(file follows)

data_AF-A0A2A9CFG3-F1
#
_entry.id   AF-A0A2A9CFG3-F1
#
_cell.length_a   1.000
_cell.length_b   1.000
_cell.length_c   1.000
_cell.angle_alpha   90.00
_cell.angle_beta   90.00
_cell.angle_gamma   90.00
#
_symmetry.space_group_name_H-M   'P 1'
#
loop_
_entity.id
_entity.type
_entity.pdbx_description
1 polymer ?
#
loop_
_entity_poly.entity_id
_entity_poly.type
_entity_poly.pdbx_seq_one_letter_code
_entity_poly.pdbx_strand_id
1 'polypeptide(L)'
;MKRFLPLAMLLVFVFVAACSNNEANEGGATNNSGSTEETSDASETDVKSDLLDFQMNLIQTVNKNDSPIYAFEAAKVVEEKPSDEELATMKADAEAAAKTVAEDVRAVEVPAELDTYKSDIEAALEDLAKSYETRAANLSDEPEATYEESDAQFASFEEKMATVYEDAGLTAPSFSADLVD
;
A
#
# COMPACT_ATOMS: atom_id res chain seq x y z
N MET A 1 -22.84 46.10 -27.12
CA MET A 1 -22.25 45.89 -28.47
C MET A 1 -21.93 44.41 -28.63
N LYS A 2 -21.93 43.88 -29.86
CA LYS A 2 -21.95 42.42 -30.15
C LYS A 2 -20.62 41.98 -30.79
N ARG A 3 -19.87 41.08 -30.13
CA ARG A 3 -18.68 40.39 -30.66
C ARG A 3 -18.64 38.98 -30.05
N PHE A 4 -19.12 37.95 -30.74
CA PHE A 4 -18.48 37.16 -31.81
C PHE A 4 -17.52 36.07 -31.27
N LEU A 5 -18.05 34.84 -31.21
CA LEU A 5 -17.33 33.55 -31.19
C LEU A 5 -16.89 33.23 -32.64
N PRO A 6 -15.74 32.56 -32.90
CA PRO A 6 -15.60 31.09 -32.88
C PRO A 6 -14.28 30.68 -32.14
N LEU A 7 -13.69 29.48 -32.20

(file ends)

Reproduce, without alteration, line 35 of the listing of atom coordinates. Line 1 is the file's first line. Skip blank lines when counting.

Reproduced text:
CA LYS A 2 -21.95 42.42 -30.15